I recall with uncharacteristic clarity the first time I heard the B-52s. Forced on a youth-group ski trip by my parents, I arrived an angry thirteen-year-old wanna-be punk: mohawk, ripped jeans, patched leather jacket, disaffected scowl, and feigned air of adolescent cynical world-weariness. Pop music, I had already decided, was for suckers. The only sounds that spoke to me were loud, abrasive, and deliberately unlovely. Then someone in our dorm put on “Rock Lobster” and it blew my narrow mind. Though the ostensible purpose of this church-sponsored vacation was to stir up some Protestant piety, I came away converted instead to the gospel of new wave. I credit my awakening to Kate Pierson’s otherworldly wail, Cindy Wilson’s throaty harmonies, and Ricky Wilson’s bizarrely tuned guitar.
Maybe it wasn’t quite that dramatic, but it was a decisive moment in my young fandom, after which I found myself seeking out the odd, angular, jangly sounds I’d first heard on that B-52s record—and finding them in Johnny Marr’s Smiths guitar work, every early R.E.M. album, and in more morose form, in The Cure, Psychedelic Furs, and countless mopey British post-punks. What surprised me at the time was learning how many of these bands arrived on the scene at the same time as the nastier, grittier bands that scored my angst-ridden entry into callow teenage-hood. We’re familiar with the story of new wave bands like Talking Heads and Television’s beginnings at CBGB’s. But around that same time, in 1976, Georgia’s B-52s got their start in the college town of Athens. As one interviewee says—in the above short documentary on the Southern art-rock scene that also birthed R.E.M.—“the B-52s started the music scene as we think of it.”
Taking their sound from surf rock, 50s doo-wop and girl group harmonies, and a weirdness that is Athens’ own, the B-52s carved out a space for themselves within music that had something in common with the Ramones except it was hyper-colorful, thrift-store kitschy, and unapologetically campy. Their warped take on 50s and 60s dance rock—complete with Pierson and Wilson’s “B-52” beehives—first broke out with “Rock Lobster” (a song John Lennon once credited with influencing his comeback). You can see them open with the song at the top in 1978 at Atlanta’s Downtown Cafe, just prior to the release of their debut album. (Stick around to watch the rest of the 28-minute set.) Fred Schneider, the band’s wry, flamboyant frontman, introduces each band member with a series of quirky pseudonyms. Above, they do my personal favorite, “52 Girls”—with its pounding tom-tom surf rhythms and sung-shouted lyrics about “The principal girls of the USA.” Just below catch another early gig from 1980, at New Jersey’s Capitol Theater.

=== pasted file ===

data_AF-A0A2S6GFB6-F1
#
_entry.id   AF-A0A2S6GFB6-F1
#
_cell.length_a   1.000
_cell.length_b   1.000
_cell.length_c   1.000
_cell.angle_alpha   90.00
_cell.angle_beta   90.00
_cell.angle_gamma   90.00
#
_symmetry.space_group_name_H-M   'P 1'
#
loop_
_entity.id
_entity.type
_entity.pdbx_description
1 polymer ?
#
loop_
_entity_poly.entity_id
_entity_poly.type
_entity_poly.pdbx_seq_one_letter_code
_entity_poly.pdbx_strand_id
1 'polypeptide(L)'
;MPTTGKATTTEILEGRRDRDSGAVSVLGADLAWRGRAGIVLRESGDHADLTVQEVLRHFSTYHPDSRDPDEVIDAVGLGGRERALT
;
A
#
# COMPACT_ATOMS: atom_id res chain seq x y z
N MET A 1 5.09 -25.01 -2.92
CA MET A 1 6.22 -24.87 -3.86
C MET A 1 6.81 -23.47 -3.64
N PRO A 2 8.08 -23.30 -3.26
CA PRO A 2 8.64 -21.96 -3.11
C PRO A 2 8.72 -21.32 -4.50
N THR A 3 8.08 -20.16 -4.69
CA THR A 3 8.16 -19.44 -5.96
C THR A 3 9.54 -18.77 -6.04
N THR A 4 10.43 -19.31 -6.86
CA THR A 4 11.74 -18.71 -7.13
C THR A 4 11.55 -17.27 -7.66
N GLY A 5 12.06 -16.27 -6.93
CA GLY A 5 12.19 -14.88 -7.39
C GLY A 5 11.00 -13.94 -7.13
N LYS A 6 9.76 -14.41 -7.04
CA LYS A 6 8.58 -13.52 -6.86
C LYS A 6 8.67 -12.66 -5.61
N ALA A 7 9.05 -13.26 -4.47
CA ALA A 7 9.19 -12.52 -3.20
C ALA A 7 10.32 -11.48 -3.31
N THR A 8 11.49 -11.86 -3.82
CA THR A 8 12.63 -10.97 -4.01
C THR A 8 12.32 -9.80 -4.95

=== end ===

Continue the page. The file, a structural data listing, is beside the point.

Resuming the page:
The B-52s plugged along through the 80s—suffered the loss of Ricky Wilson to AIDS—then hit it very big on the pop charts with “Love Shack” and “Roam” from 1989’s Cosmic Thing. For my money, though, nothing beats the glorious joyfulness of their debut, which sounds like the most fun any band has ever had making a record together.
Though the band has always been a highly collaborative ensemble, Kate Pierson’s huge voice came to shape their sound over the years. She would go on to record the torch song “Candy” with Iggy Pop and the ridiculous, love-it-or-hate-it “Shiny Happy People” with her hometown peers R.E.M. Now, at 67, she’s putting out her first solo album, Guitars and Microphones. Listen to the super-catchy title track above, and hear an interview with Pierson on NPR here and another on WBEZ’s Sound Opinions here. For more on the B-52s early years, see retrospectives on Dangerous Minds and Pitchfork. You owe it to yourself to get to know this band. They may not change your life like they did mine, but they might just expand your understanding of pop music’s possibilities.